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Stephanie Wells is the first to admit that she doesn’t like change. But the reasons she has for spending the past twenty years with Fidelity National Financial Inc., a provider of title insurance and settlement services to the real estate and mortgage industries, go far beyond a desire to avoid change.
Wells is now senior vice president and tax director, responsible for overseeing the company’s corporate tax department, and says that solid leadership and constant growth has played a huge role in her long tenure with the company.
“We are always looking for ways to grow and increase value for shareholders,” she says. “That just means we keep acquiring companies and doing complex transactions. It’s never boring. There’s always something new and opportunities to learn.”
She joined the company in 2000, coming from a tax manager role at CKE Restaurants. She got an opportunity to move to Fidelity when the company was moving its headquarters from Orange County, California, to Santa Barbara, where she lived with her husband. Since CKE was a Fidelity investment, management at the company asked her and her team if they wanted to move to the headquarters as well. It was an offer she couldn’t pass up.
“I could see that Fidelity was growing: they built this new office building in Santa Barbara, they were adding to their corporate headquarters,” she says. “They went and bought another big group of companies that were title insurance related, so I could see Fidelity had a really good future. It was kind of a no-brainer.”
Though her first role at Fidelity as a tax manager entailed similar responsibilities to her previous position, Wells had a lot to learn about the business side of things, particularly the procedure related to accounting for Fidelity’s insurance companies. The financial accounting that has to be done for an insurance company is different from other kinds of companies, she says. Learning about that was challenging, but fortunately, she had a lot of support.
“The people who had been in the positions prior left a really good path and good files we could follow,” she says. “We had some great consultants that helped us learn and understand the business. We had to work really hard, but it was a pretty smooth transition because of the path that was provided from the past and the guidance we received.”
Over the next eighteen years, Wells earned a series of promotions into leadership roles; the most recent was in 2019, to her current role as tax director. Those promotions were a result of her bosses feeling confident in her dependability and her commitment to the company, she says. She now oversees a team of twenty-five and, among other duties, reviews their work on federal and state income tax returns.
As a leader, she’s learned the importance of supporting her staff, just as her bosses have supported her. While she isn’t “a loud leader,” she says, she knows how to bring the best out of her staff by empowering each person to grow.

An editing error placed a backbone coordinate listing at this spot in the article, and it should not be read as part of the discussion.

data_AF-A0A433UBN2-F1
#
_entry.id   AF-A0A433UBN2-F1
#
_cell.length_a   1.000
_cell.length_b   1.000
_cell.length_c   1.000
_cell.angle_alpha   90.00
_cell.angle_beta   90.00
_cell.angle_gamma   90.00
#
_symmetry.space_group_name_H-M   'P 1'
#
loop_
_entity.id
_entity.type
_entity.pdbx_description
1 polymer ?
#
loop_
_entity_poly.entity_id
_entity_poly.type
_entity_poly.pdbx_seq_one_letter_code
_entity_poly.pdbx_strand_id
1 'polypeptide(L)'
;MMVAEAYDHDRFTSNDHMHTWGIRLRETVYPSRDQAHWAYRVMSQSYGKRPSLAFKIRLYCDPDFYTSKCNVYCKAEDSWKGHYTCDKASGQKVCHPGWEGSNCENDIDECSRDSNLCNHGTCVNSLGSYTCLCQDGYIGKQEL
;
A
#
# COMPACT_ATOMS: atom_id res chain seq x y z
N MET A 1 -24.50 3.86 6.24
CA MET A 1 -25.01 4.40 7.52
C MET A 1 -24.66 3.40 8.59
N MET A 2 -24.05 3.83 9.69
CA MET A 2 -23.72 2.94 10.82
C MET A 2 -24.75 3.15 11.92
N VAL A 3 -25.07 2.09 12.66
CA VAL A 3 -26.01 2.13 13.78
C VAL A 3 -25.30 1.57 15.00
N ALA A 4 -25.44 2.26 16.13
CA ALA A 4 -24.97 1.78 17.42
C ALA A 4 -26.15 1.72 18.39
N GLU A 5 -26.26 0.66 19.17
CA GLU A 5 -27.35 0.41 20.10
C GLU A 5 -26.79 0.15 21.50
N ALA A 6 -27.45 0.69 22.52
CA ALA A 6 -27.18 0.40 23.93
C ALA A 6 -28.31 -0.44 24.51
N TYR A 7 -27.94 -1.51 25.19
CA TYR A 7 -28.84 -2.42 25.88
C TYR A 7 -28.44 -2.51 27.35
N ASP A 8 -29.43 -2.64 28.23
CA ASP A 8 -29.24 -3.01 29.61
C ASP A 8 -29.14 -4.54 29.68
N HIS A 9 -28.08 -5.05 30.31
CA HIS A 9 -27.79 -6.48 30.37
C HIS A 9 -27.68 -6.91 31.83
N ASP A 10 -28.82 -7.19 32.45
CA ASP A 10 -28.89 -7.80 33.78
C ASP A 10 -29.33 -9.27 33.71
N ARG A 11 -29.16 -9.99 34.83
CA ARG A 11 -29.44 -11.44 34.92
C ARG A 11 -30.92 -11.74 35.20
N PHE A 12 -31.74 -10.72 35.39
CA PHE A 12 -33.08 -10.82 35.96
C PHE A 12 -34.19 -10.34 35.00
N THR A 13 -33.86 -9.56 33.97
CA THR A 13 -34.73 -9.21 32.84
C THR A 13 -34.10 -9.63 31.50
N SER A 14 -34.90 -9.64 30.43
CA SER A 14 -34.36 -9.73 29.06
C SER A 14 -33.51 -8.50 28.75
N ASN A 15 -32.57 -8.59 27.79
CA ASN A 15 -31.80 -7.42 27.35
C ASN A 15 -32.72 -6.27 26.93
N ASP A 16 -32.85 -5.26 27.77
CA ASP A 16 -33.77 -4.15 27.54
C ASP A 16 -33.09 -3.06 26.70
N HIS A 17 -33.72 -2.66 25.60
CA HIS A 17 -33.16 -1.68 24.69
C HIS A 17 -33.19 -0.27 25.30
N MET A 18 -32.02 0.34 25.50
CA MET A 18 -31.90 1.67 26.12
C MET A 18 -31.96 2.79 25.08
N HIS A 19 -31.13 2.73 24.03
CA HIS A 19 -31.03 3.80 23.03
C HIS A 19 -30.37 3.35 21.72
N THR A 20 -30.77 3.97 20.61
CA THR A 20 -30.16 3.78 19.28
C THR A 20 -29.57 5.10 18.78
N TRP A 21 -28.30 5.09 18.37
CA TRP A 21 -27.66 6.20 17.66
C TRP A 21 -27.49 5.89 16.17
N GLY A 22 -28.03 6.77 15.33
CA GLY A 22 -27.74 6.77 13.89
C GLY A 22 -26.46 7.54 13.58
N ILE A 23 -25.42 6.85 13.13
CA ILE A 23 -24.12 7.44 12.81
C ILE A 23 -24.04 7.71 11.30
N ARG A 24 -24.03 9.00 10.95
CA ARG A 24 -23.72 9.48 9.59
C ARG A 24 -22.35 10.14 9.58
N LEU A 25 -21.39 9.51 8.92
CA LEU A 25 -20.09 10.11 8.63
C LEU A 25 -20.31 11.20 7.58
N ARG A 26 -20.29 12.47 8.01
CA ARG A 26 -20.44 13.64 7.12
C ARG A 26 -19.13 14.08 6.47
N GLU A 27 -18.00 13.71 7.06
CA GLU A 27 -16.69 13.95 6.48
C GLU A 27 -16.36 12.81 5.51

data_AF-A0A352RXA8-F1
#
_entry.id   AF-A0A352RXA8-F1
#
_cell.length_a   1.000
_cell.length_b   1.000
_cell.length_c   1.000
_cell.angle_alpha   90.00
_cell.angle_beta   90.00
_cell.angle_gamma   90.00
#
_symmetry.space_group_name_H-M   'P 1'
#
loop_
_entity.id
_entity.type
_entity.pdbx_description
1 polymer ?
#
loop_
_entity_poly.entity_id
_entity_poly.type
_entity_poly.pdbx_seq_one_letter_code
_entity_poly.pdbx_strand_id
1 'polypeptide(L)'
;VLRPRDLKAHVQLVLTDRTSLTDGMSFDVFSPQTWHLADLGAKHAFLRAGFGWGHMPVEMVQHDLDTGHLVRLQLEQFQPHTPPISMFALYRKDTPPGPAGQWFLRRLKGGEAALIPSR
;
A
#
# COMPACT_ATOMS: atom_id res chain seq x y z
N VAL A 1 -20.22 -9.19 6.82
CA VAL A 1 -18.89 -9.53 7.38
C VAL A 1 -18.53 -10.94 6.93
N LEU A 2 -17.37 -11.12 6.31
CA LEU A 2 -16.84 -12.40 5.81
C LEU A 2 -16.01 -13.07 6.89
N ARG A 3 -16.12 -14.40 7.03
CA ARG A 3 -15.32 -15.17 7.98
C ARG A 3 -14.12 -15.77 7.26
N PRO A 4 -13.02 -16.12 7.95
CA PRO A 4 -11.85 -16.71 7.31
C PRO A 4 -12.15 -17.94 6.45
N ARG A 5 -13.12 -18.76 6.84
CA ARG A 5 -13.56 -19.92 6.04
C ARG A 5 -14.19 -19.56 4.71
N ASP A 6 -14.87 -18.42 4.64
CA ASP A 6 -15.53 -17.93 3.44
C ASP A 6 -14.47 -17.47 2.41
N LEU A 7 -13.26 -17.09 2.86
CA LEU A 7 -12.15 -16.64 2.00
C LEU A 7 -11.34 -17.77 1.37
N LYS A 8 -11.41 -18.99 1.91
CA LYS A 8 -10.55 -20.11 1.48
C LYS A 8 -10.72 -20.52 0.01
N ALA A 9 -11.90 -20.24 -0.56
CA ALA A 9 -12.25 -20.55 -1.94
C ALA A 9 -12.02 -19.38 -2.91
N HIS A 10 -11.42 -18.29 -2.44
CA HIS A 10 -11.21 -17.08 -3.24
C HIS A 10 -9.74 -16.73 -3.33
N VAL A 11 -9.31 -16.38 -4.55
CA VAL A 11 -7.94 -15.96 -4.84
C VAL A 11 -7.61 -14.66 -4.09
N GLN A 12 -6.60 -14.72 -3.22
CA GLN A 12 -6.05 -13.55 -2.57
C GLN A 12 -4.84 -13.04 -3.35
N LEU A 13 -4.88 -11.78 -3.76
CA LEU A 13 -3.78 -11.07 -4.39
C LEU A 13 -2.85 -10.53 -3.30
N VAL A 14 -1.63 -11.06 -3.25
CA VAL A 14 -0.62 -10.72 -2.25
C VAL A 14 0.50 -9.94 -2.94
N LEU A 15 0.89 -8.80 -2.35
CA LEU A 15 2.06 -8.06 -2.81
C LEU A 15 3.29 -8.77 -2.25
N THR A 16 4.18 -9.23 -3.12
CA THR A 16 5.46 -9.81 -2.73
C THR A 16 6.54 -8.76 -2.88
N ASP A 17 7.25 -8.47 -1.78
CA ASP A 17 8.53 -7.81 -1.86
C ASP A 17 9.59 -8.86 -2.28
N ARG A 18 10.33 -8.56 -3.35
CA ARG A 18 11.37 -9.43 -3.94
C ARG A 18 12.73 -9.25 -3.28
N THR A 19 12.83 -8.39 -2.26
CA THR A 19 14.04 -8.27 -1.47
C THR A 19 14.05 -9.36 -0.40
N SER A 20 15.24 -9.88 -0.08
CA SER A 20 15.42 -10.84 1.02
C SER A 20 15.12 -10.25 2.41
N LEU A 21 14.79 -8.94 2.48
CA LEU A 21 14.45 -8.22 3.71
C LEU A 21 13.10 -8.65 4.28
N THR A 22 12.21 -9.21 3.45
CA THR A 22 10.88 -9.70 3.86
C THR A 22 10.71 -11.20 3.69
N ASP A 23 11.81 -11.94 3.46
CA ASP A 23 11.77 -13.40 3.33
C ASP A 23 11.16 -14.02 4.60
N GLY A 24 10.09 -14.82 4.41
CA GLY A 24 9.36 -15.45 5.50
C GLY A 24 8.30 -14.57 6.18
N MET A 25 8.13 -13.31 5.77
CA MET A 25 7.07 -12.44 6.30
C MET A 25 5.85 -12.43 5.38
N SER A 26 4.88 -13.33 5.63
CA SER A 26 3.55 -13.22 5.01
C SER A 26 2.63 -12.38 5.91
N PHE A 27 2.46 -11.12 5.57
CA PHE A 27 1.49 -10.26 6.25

“I like to lead by example and be a good listener to help my team best utilize their strengths,” she says. “I recognize everyone has something different to bring to the group, so I let them try to be their best by listening to their ideas and keeping that level of positivity that everyone can bring something to the table, whether you’ve just started or been here thirty years.”
One of the biggest challenges Wells faces is adapting to changes in tax law that have occurred at the federal level in the past few years. Fidelity operates in all fifty states, many of which have different rules related to taxes. Wells uses various techniques to stay on top of the varied and ever-changing laws.
“We keep up with research software that gives us emails every time tax law changes, and we also have a lot of accounting firms that do webinars and seminars to teach us about anything that’s changing,” she says.
It’s been a busy year for her and her team: they’ve completed over eight hundred tax returns, a big increase from the five hundred they usually complete annually. It’s an accomplishment she’s proud of, especially since her department completed the returns in less than three months with most staff working partly remotely due to the COVID-19 pandemic.
When Wells and her staff aren’t working to meet their deadlines, they’re working on service projects. They’ve packed food for children in need, held a food drive for a local food bank, and purchased Christmas gifts for a local senior. Wells wanted to take on these kinds of projects with her team when she became tax director because she thought it would promote camaraderie. The projects also help people to “grow in their gratitude for what they have,” she says.
“We’re blessed to be working in this company,” she says. “It’s secure and a really great company, but knowing you can help the community helps everyone better themselves.”